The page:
Sure, the A8-3850 will come ahead in a few multi-threaded programs, but it's not like the 3.3GHz dual-core + Hyper-Threading Core i3-2120 will be far behind, while the i3-2120 and Radeon HD 6670 will trounce the A8-3850 when it comes to gaming performance. The Core i3-2120 will also come far ahead with any program that is mostly single-threaded.

    Decide to get a more potent video card with either system and the Core i3-2120 system will still come ahead, due to its superior gaming performance when matched with a dedicated video card.

    Best of all? You can upgrade the Core i3-2120 system to a Core i5-2xxx or i7-2xxx down the road if you want to.

    SSD wise, you could also consider a Samsung 830 series 64GB, which costs $10 less, offers similar if not even better performance and reliability.

    Moving on to the $1000 Intel Core i5-2500K System:
    You can pick up a Radeon HD 6870 for only $10:

    For the A8-3850 system, you recommend the Crucial M4 64GB, because it is very reliable, but then go on to recommend an OCZ Vertex 3 SSD, one of the worst SSD when it comes to reliability, for the $1000 System? What the? Better stick with a Crucial M4 or a Samsung 830 series SSD for performance and reliability here.

    You mention adding a second 6850 for Crossfire. However, the recommend Biostar TZ68A+ motherboard second 16x PCI-Express slot is limited to 4x.

    Other than that, your recommendations are sound. Thanks for the article and your hard work on it.

    For the $1200 build, just want to point out that the Corsair A70 CPU Cooler is a whole lot cheaper at Amazon.

    Also, I'd personally go with a Crucial M4 128GB instead of the Intel 320 series. Crucial M4 SSDs offer great reliability and performance is way higher than the 320 series.

    "AMD's HD 7000 series should come out in the not-too-distant future, but we can't share any details" - Looking forward to that ;)

    My 2 cents,
  • aznofazns - Tuesday, December 6, 2011 - link

    100% agree with the alternatives you listed. Llano A8 is ill-suited to midrange systems housed in midtower cases. It's a better solution if you're looking to build a mATX or mini ITX PC in which conserving space is more important and performance is less important.

    The i3-2120 will give the A8-3850 an ass-whoopin in the majority of tasks. Media creation still favors the quad-core A8, but not by a lot. See here:

    Entry level HD6670 will also destroy the GPU on the A8, but it doesn't end there. Since the HD6670 has its own DDR3 (or even quad-pumped GDDR5) VRAM, you won't need to spend an extra ~$30 on the faster 1866MHz DDR3 RAM to improve graphics performance. Your average DDR3 1333 will provide plenty of bandwidth to the i3.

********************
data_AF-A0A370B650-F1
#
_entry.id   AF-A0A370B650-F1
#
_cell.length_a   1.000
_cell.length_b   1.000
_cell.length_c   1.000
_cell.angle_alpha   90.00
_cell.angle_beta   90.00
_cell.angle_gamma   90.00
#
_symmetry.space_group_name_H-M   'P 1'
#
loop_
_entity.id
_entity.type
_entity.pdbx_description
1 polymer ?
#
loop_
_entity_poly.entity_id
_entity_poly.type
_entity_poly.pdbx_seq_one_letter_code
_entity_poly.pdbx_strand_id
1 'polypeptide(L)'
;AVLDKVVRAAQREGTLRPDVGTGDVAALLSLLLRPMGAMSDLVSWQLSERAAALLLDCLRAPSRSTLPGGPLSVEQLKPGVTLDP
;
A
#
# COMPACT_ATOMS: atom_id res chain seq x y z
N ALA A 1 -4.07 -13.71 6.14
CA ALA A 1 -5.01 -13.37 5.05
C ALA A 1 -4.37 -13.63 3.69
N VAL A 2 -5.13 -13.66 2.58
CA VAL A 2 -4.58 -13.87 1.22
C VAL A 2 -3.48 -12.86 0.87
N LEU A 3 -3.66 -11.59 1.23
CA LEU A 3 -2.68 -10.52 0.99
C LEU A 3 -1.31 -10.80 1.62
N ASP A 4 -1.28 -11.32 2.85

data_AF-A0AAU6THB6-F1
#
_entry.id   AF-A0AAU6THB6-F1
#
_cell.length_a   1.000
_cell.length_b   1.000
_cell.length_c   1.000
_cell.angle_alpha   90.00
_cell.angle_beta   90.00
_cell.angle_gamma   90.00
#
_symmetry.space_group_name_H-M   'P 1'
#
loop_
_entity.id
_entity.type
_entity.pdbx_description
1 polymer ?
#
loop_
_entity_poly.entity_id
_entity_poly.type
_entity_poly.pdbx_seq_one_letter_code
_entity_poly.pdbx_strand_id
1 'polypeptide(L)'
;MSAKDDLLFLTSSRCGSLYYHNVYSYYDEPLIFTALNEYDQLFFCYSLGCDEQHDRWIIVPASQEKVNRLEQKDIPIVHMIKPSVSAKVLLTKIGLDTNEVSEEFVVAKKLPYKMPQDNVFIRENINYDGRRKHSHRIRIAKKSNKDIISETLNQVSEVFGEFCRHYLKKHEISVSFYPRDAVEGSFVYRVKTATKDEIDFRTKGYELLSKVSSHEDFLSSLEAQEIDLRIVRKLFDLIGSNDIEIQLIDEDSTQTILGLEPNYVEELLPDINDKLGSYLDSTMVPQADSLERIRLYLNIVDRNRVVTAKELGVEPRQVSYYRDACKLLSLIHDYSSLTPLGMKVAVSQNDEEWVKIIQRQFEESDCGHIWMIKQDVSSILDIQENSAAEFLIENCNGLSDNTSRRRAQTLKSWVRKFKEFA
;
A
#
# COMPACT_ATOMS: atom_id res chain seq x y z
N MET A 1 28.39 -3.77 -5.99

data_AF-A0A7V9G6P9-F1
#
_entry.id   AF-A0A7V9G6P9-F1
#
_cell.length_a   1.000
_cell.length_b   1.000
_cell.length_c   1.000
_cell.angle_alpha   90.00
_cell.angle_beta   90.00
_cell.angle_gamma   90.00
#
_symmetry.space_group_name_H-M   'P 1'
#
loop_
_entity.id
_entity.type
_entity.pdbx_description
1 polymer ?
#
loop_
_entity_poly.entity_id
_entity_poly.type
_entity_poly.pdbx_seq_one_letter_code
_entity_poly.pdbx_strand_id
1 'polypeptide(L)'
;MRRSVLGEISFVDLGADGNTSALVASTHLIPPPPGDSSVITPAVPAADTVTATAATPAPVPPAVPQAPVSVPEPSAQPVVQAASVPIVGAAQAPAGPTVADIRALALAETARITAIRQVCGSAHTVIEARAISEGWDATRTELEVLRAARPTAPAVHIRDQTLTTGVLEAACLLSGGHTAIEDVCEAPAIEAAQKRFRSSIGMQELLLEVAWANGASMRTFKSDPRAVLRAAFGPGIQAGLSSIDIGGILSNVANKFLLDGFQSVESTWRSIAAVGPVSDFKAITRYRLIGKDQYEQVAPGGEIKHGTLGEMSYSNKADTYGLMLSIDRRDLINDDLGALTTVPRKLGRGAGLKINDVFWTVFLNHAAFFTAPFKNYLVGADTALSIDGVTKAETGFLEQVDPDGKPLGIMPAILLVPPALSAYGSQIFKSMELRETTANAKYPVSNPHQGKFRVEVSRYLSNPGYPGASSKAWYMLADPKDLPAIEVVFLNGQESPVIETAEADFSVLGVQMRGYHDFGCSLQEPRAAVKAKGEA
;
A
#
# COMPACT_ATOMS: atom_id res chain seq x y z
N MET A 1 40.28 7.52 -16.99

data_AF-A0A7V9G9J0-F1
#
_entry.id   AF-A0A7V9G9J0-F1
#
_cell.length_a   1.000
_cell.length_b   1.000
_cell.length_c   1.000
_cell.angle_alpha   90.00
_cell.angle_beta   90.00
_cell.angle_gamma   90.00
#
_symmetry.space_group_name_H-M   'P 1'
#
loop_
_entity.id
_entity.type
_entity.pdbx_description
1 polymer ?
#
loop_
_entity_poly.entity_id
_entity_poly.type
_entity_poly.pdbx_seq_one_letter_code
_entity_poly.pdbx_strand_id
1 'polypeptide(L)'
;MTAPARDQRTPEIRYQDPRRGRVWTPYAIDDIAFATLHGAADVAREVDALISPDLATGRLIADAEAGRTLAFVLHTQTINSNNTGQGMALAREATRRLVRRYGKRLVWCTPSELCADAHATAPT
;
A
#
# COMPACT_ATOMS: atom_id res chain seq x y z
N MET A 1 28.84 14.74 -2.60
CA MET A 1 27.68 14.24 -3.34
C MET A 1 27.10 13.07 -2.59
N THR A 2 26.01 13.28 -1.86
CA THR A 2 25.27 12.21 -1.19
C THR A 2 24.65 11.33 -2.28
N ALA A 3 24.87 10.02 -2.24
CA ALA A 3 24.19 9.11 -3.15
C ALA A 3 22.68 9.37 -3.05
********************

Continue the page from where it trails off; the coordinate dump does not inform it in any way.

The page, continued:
• bji - Tuesday, December 6, 2011 - link

    I think "ass-whoopin" is very overstated. It is true that the i3 is 20% - 30% faster in about 75% of Anand's benchmarks, the majority of which are single threaded or (likely) optimized specifically for Intel processors. The A8 comes out ahead on many of the multithreaded benchmarks (although by a much smaller margin than it loses by on the others).

    I don't consider this an "ass-whoopin". That would be considerably faster (50% or more) on all benchmarks. The i3 isn't even close to that.

    I have found that 20% to 30% better performance on single threaded tasks is typically not even noticeable. I have also found that for my most important workloads (parallel software compiles) more cores is the most important factor, and I believe that the most demanding applications are heavily multithreaded which makes the i3's advantage in single threaded apps less significant.

    One place where the i3 clearly shines over the A8 is gaming performance (assuming that both systems are using dedicated cards, which really isn't fair to the A8 since its integrated graphics are so good), but seriously, who even cares about gaming performance of PCs anymore? There is a reason that graphics card development has slowed: consoles drive the technical requirements of games, so better gaming performance of a PC is, for most people, completely irrelevant.

    I don't want to say that the A8 is a better chip than the i3, but I don't want to hear overblown conclusions about the i3 giving the A8 an "ass-whoppin" either. The A8 for many users can be a better chip, and for others the i3 can be better. It depends on workload and for most casual users, the differences would never be noticed anyway.